Caregivers May Have Tax Deductions

September 23, 2013

 

Adult children may have tax deduction options when providing care for aging parents

Adult children may have tax deduction options when providing care for aging parents

Year-end tax planning is an excellent opportunity for home caregivers to review tax options such as claiming their parents as dependents.  Financial advisors encourage clients to review family caregiver tax planning strategies early so that various options can be reviewed before the April 15 tax filing deadline.

Not just parents

Home caregivers must meet several requirements before they can claim elderly patients as dependents.  For example, the caregiver can’t be claimed as dependent by another person, the patient must be an official resident of the U.S., Mexico, or Canada, and the patient cannot be filing a joint tax return with his or her spouse.

While the patient must be a relative, that does not mean that he or she must be a mother or father.  Depending on other factors, home caregivers may also opt to include a grandparent, step-parent or mother- or father-in-law as a dependent.

There’s a financial floor to consider as well: home caregivers cannot claim as dependents elderly individuals whose gross income is $3,650 or more.  (That figure usually does NOT include Social Security payments.)

Perhaps most significantly, home caregivers may be able to claim as dependents parents or other elderly individuals even if those individuals do not live in the same house as the home caregivers.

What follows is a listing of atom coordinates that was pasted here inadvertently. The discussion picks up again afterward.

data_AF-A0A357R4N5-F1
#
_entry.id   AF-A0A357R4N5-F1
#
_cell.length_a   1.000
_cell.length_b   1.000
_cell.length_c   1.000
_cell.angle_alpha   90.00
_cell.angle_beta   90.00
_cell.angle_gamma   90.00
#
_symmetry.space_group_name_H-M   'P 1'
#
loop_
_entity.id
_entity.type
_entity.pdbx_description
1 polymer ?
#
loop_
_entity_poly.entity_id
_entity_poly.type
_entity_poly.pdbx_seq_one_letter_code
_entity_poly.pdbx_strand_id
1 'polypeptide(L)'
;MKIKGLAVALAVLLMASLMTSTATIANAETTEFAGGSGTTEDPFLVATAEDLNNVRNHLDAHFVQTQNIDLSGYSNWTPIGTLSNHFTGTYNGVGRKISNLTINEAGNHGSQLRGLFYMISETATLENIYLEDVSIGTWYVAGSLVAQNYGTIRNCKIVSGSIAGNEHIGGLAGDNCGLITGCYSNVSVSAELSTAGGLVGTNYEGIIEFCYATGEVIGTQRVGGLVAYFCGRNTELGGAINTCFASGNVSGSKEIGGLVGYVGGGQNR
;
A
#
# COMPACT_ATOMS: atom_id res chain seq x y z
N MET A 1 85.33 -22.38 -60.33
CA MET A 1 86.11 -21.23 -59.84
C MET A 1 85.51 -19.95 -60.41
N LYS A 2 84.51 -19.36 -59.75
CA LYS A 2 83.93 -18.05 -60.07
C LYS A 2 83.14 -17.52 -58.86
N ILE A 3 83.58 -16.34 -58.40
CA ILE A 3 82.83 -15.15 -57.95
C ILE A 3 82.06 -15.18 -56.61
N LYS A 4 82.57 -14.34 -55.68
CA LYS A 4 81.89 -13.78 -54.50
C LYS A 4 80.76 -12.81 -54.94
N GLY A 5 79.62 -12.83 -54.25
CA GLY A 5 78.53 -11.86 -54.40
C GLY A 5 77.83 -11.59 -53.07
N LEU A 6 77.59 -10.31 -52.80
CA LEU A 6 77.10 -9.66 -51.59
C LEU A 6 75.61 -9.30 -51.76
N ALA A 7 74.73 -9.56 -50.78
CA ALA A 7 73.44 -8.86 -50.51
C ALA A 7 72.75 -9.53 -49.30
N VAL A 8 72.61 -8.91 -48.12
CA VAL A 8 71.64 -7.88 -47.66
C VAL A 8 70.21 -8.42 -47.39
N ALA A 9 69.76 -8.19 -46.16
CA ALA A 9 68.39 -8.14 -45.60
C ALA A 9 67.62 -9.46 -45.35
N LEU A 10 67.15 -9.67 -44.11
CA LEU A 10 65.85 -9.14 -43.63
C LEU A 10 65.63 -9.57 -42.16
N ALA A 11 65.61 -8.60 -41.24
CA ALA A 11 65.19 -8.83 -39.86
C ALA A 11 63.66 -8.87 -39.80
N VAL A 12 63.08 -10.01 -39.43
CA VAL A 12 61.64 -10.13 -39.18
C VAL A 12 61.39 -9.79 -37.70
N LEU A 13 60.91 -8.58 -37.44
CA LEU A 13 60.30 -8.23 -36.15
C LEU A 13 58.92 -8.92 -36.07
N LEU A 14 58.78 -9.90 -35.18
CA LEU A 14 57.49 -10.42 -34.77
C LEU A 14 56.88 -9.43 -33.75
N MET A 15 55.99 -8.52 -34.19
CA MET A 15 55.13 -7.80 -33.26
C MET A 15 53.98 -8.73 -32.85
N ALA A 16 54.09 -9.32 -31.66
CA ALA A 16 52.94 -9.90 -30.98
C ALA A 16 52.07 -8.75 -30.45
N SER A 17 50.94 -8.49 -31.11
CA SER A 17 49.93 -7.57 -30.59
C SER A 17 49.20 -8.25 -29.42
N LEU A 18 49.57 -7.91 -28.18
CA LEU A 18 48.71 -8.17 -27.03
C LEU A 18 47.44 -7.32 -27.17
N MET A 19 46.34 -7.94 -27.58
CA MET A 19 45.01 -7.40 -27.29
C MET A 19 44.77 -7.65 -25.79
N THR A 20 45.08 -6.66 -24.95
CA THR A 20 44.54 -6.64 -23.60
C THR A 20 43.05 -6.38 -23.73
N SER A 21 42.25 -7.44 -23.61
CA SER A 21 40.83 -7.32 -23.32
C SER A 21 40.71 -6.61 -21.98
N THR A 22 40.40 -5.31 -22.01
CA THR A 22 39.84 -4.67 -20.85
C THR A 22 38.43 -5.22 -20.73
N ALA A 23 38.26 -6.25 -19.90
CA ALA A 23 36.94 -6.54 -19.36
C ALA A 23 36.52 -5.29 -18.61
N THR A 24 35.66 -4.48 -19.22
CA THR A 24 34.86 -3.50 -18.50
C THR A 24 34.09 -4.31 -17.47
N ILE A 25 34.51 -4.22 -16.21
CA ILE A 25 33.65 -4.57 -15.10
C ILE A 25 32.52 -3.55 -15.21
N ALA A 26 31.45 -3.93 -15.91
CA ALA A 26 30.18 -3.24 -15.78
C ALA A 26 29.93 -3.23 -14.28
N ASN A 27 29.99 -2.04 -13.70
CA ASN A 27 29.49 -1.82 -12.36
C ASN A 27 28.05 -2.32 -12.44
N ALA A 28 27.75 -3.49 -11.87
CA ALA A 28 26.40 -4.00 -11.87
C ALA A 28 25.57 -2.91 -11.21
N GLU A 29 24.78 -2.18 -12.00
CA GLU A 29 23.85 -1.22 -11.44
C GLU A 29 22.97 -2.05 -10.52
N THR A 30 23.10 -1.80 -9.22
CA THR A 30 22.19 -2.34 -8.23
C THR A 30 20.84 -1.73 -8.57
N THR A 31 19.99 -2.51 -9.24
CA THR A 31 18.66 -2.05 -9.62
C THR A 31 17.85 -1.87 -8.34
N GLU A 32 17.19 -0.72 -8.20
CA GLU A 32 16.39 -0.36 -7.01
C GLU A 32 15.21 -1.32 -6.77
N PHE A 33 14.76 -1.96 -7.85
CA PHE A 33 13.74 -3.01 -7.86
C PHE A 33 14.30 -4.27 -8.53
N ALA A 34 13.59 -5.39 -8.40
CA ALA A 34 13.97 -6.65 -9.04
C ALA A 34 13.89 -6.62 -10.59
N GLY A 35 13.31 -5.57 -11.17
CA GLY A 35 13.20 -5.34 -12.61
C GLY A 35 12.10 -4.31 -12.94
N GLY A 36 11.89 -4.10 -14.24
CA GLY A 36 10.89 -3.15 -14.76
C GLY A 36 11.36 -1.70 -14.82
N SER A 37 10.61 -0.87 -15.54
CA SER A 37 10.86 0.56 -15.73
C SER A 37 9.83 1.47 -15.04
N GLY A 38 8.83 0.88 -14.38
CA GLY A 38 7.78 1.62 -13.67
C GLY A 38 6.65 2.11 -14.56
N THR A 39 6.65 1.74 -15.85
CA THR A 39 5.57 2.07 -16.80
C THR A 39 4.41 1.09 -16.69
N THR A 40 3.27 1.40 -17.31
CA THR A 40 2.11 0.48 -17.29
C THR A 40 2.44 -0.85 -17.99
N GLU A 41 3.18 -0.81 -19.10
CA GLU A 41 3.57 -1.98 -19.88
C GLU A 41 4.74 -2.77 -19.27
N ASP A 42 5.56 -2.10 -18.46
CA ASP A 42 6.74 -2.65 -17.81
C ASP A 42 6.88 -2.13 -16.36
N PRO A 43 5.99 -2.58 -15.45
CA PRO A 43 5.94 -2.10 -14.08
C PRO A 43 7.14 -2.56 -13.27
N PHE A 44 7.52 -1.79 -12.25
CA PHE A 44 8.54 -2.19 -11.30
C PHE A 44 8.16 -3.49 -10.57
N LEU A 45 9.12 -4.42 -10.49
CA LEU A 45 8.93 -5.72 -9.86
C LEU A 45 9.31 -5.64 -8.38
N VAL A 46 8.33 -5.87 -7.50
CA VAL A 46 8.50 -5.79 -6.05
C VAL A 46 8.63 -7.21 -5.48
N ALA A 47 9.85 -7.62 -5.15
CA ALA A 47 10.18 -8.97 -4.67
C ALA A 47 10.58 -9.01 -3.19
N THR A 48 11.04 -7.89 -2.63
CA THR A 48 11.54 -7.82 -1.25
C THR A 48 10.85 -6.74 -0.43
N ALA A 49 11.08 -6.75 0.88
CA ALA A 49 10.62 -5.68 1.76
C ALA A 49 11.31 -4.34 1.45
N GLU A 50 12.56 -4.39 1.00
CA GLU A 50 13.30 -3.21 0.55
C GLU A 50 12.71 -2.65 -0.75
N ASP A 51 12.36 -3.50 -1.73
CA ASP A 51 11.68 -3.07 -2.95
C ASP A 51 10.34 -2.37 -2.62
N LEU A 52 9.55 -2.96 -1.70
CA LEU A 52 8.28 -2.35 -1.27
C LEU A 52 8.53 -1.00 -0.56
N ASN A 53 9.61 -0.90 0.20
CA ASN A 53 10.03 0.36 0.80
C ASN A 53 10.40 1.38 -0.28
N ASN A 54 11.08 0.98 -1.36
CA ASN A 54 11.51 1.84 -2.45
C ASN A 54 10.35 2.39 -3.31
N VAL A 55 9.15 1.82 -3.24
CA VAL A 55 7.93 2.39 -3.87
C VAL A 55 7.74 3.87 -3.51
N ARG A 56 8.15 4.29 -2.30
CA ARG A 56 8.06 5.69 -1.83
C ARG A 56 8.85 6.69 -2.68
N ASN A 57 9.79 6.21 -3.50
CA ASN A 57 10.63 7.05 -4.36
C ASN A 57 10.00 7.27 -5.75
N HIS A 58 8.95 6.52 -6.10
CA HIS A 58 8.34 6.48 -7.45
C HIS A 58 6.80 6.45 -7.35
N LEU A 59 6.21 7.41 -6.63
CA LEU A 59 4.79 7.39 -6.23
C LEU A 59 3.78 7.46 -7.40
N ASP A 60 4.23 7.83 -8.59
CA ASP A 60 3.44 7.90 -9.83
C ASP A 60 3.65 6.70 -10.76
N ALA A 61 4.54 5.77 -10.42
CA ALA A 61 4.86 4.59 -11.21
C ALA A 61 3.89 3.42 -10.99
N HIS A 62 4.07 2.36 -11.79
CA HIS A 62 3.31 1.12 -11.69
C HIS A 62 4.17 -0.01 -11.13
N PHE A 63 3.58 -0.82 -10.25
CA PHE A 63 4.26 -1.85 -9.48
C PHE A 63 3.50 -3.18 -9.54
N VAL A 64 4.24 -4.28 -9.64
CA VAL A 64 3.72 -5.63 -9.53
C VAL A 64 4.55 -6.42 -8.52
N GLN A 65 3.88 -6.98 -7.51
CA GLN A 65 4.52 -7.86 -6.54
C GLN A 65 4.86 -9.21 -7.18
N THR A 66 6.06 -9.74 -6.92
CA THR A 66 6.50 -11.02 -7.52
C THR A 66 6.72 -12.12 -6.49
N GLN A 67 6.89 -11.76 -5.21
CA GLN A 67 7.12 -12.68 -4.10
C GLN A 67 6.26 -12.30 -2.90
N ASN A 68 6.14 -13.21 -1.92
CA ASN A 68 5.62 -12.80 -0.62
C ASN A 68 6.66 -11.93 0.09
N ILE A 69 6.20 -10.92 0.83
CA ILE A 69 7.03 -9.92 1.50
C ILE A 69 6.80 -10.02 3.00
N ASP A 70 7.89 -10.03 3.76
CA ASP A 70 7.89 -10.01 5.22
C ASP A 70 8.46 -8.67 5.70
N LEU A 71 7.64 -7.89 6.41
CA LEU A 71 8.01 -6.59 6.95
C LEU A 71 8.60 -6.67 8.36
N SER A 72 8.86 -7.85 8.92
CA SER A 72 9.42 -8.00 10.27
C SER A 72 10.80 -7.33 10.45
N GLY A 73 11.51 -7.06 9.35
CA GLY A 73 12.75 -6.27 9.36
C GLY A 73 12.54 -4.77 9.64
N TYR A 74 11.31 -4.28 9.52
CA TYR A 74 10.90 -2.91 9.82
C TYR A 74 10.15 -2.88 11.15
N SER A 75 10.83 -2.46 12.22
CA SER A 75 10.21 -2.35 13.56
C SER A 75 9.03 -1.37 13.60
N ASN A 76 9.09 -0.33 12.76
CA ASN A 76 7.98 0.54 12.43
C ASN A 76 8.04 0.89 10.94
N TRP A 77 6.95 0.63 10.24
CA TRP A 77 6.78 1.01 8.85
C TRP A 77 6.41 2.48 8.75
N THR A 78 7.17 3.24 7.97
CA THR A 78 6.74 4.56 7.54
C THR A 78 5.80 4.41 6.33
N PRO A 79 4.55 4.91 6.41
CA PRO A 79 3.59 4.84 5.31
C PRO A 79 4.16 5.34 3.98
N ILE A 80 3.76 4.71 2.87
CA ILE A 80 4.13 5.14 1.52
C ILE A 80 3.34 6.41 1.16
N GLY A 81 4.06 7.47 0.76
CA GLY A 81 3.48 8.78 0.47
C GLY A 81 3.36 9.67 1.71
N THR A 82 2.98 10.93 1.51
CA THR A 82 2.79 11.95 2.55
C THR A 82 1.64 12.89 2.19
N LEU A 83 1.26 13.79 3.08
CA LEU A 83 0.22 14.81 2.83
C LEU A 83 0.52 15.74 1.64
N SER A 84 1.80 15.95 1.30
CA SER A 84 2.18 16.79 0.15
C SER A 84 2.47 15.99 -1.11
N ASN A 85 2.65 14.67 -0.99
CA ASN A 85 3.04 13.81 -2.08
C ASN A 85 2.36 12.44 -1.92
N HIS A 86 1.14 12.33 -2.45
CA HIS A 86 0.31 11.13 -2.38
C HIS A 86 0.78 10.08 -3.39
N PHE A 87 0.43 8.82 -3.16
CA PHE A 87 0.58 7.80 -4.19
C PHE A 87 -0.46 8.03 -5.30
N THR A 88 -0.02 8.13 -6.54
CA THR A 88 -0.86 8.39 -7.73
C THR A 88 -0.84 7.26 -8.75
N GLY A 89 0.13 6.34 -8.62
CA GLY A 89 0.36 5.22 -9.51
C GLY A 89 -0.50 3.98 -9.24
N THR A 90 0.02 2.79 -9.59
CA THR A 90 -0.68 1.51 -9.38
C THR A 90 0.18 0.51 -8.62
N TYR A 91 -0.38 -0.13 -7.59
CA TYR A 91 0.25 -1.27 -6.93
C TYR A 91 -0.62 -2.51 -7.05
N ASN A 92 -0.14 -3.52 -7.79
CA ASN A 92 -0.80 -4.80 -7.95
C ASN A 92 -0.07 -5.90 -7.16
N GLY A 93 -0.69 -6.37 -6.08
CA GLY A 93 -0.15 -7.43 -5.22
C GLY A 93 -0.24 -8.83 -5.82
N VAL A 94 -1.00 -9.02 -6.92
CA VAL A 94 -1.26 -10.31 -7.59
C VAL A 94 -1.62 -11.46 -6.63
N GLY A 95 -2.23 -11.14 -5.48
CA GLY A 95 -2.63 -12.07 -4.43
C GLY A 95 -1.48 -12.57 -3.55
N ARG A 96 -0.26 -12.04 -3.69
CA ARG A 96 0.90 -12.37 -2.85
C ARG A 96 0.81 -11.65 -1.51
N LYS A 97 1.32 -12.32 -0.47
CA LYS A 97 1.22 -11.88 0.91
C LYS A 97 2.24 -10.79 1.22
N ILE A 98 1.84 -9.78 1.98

Home caregivers must also qualify

The bottom line is that basically you, as a caregiver, must be paying more than 50 percent of the patient’s expenses (medical, groceries, rent/mortgage, transportation, etc.)  Some people may run into conflicts in cases in which two or more children are providing support.  Basically, whoever is paying for more than half of the expenses is the only one eligible to list the parent as a dependent on tax forms.

Benefit of claiming dependents

There are several benefits to claiming a parent for whom you are caring as a dependent.  One of the most important of these is that you may be able to deduct medical expenses.  In order to qualify for this, total allowable medical expenses must come to at least 7.5 percent of your adjusted gross income.  (For example, if you adjusted gross income is $50,000, you could claim medical expenses if they totaled $3,750 or more.)

Taxes can be very complicated and confusing, so if possible, consult with an expert to determine whether you can claim a parent as a dependent and to see what the possible benefits might be for you.  Interested home caregivers might also want to check out IRS Publication 501.

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